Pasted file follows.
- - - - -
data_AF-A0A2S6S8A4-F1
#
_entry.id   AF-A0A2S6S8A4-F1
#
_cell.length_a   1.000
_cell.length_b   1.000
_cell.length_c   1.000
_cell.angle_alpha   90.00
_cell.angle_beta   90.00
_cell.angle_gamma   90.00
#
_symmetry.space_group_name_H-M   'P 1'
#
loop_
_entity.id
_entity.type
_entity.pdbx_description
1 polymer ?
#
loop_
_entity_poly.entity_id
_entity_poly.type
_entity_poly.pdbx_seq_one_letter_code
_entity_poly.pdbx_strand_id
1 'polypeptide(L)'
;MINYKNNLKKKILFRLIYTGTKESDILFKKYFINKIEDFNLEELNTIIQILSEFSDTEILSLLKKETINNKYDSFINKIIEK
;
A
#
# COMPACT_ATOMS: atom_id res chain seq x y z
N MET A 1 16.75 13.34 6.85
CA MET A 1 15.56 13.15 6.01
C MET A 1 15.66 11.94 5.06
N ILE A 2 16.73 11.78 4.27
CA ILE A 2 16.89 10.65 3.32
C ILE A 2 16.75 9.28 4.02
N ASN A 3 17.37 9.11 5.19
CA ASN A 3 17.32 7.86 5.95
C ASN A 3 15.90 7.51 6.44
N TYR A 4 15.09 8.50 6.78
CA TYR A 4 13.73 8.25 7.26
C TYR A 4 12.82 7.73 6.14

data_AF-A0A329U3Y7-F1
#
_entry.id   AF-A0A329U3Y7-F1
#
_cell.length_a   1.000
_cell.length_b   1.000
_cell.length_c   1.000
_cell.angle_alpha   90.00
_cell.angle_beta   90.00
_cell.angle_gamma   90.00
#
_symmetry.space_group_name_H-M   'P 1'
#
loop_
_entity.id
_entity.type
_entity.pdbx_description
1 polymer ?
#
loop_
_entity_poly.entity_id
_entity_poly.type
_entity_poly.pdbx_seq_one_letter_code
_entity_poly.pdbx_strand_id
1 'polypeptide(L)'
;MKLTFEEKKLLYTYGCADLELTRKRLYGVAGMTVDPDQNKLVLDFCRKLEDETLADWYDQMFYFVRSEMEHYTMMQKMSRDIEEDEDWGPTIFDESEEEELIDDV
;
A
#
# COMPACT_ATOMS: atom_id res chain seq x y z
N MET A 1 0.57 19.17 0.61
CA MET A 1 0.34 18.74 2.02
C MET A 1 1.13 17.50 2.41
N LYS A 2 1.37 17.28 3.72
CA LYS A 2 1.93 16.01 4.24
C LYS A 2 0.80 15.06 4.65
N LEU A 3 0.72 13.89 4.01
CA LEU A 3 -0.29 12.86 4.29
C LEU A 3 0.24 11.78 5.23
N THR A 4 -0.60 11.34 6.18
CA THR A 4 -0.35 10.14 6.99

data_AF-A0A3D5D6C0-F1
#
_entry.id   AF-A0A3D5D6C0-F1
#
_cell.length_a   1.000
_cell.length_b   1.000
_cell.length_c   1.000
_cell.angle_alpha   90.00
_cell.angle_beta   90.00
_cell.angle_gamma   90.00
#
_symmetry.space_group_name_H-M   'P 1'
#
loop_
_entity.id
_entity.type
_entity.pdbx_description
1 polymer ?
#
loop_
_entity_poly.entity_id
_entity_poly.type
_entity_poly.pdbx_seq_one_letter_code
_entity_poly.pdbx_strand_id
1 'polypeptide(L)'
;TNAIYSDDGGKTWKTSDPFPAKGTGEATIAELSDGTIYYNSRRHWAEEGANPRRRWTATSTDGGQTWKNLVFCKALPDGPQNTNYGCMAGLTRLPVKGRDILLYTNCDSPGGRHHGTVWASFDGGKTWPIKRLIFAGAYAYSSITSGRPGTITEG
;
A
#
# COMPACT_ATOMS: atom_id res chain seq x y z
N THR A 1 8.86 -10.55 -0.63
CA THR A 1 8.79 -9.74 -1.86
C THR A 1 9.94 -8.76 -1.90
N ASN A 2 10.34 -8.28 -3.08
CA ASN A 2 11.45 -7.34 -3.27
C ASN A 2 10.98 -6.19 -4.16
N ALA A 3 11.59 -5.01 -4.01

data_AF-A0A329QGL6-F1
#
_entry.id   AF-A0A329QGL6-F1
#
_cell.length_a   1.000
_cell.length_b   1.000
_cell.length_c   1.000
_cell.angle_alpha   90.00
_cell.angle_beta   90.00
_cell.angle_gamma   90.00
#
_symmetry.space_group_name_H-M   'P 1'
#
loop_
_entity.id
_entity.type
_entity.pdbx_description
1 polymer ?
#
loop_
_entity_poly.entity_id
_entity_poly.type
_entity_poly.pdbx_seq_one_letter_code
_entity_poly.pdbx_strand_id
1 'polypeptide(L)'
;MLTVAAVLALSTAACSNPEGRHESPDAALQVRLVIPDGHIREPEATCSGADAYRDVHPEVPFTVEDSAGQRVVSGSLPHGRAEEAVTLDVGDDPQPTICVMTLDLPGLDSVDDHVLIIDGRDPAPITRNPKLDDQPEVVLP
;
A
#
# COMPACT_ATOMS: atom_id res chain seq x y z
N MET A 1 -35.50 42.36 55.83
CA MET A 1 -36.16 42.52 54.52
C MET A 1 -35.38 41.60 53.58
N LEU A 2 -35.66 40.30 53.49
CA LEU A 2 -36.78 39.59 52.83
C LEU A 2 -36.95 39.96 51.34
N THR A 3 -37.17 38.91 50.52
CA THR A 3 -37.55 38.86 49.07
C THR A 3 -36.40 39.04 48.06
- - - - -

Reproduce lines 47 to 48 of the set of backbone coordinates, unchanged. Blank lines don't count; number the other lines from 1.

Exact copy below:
_cell.length_a   1.000
_cell.length_b   1.000